Jeanne Hogan, principal of the Catholic high school, came to St. Joseph’s to watch her grandchild — one of DelFavero’s eighth-graders — give a presentation, and the two educators soon became friends.
“She kept encouraging me to come to Tyburn. When she first encouraged me, it wasn’t really time for me, as far as my family was concerned,” recalled DelFavero, who at the time had young children.
In 2008, however, DelFavero agreed to come to Tyburn to meet with Hogan and some of her teachers. She ended up taking a position as an assistant administrator, and in 2016 became principal at the school that has become one of her favorite places to be.
“It kind of just always feels like home, being at the school, but I’m ready to make a change,” DelFavero told the Catholic Courier in late June.
DelFavero left her post as Tyburn’s principal July 1. She will spend the summer preparing for her daughter’s upcoming wedding and spending time with her children and grandchildren as she discerns her next vocation.
DelFavero, who was born and raised in Pennsylvania, said she landed in the field of education almost by accident. In college, she majored in political science and intended to attend law school after earning her bachelor’s degree. She added another major in education after a friend suggested she should have a backup plan in case law school didn’t work out. As luck would have it, she never went to law school after all.
“I was just lucky enough that as soon as I graduated, I got a job teaching summer school fresh out of college,” DelFavero said.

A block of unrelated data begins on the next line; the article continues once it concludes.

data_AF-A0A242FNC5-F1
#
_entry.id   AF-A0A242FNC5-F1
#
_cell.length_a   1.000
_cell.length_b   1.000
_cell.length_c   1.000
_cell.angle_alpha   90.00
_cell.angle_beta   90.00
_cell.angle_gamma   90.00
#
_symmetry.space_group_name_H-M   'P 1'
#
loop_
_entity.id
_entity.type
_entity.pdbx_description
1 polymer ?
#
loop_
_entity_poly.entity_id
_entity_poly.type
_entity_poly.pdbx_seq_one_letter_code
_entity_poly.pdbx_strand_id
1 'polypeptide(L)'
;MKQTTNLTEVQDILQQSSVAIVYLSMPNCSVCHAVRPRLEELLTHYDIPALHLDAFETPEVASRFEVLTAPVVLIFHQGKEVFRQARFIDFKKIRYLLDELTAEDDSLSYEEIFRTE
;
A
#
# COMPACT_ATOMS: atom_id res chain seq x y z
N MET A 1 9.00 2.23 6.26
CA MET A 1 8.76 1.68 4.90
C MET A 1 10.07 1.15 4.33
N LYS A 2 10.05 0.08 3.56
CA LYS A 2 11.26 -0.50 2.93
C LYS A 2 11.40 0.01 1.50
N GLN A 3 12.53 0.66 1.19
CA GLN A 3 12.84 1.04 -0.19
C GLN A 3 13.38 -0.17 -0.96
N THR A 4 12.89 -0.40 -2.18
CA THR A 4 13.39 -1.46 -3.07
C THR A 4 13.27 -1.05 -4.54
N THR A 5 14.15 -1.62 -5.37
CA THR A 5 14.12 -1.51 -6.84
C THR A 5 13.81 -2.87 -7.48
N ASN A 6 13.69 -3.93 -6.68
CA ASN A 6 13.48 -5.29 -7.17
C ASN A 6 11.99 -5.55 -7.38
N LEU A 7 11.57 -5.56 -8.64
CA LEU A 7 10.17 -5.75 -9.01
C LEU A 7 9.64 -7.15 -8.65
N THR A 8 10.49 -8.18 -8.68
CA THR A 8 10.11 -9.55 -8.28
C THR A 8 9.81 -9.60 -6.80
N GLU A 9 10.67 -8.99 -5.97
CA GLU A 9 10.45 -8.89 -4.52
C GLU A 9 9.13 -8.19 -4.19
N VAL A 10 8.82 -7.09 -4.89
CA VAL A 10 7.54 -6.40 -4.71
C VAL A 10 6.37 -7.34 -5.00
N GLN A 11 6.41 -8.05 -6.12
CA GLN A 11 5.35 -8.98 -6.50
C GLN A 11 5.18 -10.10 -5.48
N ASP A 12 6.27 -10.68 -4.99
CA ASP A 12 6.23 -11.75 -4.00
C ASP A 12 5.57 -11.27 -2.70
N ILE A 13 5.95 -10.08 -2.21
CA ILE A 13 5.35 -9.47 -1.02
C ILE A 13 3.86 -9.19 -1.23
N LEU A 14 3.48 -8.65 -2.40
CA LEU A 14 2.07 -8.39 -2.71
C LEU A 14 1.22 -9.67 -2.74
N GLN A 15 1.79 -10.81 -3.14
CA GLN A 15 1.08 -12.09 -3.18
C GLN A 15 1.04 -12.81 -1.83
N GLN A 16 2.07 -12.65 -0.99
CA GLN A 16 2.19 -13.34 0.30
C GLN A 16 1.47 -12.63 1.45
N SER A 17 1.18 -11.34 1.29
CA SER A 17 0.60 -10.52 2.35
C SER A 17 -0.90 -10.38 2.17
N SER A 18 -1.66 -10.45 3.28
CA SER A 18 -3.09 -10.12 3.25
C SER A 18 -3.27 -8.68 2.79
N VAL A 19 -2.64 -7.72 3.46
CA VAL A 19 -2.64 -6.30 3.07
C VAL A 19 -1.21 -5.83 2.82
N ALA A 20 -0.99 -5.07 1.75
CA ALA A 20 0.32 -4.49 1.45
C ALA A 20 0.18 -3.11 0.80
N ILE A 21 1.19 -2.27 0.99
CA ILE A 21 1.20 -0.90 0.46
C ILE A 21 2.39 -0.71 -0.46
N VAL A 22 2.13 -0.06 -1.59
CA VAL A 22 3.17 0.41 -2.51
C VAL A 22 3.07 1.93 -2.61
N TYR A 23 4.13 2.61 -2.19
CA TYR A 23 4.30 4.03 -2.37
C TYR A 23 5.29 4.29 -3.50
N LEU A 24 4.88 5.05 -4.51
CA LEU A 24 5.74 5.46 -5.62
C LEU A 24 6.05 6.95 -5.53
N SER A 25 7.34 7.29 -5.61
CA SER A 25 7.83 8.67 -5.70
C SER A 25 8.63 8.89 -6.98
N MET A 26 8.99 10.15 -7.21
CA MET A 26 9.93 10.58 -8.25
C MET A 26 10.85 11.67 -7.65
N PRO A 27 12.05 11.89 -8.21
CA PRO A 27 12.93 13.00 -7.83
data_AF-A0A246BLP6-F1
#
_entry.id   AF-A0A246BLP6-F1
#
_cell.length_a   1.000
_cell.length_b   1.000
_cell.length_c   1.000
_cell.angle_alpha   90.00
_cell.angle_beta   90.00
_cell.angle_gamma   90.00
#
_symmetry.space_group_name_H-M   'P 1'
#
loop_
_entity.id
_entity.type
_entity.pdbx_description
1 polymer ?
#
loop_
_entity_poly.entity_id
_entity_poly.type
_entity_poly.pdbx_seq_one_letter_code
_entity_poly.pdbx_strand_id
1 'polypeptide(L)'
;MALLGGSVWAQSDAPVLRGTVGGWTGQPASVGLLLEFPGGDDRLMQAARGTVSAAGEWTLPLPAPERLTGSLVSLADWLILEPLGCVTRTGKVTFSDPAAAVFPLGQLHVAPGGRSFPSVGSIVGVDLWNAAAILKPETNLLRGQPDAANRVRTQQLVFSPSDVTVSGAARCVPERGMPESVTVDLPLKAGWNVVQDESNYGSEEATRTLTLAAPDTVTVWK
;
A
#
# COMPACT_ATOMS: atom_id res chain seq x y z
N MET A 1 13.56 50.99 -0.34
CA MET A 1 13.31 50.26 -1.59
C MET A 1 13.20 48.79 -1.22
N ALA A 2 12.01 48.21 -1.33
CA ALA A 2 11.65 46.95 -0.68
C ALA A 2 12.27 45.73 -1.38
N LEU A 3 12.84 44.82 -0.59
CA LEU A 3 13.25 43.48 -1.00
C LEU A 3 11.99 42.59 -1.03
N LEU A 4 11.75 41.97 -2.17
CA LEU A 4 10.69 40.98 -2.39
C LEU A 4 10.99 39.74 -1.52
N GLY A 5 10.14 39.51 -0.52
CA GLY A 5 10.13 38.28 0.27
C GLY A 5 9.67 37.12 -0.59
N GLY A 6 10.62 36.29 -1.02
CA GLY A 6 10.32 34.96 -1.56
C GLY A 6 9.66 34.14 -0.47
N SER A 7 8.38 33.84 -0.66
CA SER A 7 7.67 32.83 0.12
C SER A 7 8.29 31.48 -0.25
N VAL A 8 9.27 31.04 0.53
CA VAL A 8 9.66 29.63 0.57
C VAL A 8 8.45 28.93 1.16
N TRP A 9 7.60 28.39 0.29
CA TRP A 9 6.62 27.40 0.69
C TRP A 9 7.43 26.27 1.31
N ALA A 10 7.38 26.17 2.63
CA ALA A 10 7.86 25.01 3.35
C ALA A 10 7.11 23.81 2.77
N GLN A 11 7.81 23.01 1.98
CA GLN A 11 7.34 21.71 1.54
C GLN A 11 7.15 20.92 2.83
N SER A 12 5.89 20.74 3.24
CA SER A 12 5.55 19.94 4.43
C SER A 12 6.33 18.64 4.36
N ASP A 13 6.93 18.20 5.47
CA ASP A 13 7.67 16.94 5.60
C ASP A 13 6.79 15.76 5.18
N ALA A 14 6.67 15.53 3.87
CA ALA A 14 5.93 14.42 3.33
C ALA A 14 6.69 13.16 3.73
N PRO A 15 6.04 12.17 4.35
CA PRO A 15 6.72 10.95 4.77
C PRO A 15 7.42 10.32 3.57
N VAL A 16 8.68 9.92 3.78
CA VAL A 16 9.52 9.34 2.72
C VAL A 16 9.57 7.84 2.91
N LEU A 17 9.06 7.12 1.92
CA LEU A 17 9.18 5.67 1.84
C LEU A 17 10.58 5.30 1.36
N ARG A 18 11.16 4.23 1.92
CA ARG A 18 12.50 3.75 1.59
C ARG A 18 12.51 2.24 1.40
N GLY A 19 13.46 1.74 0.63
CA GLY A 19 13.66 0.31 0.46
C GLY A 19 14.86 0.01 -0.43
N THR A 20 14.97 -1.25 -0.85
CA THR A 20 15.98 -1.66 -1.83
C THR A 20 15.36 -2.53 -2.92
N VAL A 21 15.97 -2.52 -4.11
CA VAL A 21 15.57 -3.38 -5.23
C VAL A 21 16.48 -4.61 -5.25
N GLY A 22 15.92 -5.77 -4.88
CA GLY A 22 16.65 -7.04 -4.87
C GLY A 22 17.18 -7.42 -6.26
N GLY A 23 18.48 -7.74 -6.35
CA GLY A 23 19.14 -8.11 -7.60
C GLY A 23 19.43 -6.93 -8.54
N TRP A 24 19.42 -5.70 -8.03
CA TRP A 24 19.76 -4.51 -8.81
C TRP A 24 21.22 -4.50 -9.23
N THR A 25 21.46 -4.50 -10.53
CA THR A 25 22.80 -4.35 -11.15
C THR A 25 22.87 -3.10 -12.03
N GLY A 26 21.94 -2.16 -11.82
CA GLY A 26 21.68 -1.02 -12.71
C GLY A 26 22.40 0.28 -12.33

That summer job eventually turned into a full-time teaching position at a public school in Pennsylvania, where she later earned tenure.
“But then I married an Auburnian, so that brought me to Auburn,” she remarked.
After taking several years to stay home with her children when they were young, DelFavero took a teaching job at St. Joseph when her youngest started first grade at the Auburn school. She stayed at St. Joseph for four years before looking into the possibility of moving over to Tyburn Academy.
“When I first came to the building to meet with (Hogan) and some of the other teachers, it was just such a positive environment. They really didn’t have to sell me on this school,” she recalled.
DelFavero believes the positive vibe at Tyburn was due in part to the dedication of Hogan, who had been associated with the school since its early days in the 1990s.
“Everyone always said you can’t say no to Mrs. Hogan. That’s true,” DelFavero said with a laugh. “I guess her dedication to the school was infectious. You just wanted to be a part of it because she loved this school so much.”
DelFavero joined the Tyburn community just as the school was adding middle-school grades. Some parents choose to send their children to Tyburn because they believe in the school’s strong Catholic mission, while others may not be Catholic but want their children to benefit from the increased attention from teachers that Tyburn’s small class sizes allow it to provide, she said. Regardless of why they end up at Tyburn, however, students seem to feel a sense of peace while they’re there, she added.
“I think this is kind of a safe haven for them in a lot of respects,” she said.
Tyburn also has been a safe place for DelFavero, who said she’s come to regard many of the school’s families, as well as her coworkers, as a second family of sorts.
“Since it’s a small community, you really get to know people very well. … I’ll miss the community and the family that I’ve built here,” DelFavero said.
Tyburn has been a big part of DelFavero’s life since 2008 and she will miss the school, yet she knows it’s time for a change.
“Sometimes you look for signs, and the signs were there that it was time to make a transition for me,” DelFavero said.
DelFavero’s replacement as Tyburn’s principal is Conor O’Donnell, who has taught at the school for seven years and most recently served as chair of Tyburn’s theology department, she said.